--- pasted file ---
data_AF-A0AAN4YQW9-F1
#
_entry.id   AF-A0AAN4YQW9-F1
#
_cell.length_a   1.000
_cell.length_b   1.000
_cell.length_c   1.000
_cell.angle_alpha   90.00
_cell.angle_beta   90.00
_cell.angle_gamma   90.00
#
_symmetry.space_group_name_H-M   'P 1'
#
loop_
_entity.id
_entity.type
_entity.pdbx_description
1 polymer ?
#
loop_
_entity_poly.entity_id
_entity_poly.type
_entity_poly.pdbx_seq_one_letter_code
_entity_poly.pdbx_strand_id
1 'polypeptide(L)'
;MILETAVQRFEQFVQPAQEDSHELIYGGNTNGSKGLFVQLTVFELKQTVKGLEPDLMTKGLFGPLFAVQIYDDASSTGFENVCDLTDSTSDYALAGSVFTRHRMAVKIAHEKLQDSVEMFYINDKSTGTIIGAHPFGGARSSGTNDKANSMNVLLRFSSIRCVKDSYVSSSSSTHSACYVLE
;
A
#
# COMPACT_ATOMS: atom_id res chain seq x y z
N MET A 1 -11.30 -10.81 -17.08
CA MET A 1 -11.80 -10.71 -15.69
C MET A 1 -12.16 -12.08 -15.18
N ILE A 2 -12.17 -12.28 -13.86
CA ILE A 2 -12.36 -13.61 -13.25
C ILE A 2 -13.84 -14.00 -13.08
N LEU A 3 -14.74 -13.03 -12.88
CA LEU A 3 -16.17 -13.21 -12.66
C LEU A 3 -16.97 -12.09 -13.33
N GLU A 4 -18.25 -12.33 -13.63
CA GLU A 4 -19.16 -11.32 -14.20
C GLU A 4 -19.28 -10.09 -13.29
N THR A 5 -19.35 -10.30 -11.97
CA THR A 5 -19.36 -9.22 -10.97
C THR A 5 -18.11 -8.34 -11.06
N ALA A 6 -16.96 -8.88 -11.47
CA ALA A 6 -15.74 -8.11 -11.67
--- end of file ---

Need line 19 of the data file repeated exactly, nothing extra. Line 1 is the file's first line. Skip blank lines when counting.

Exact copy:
#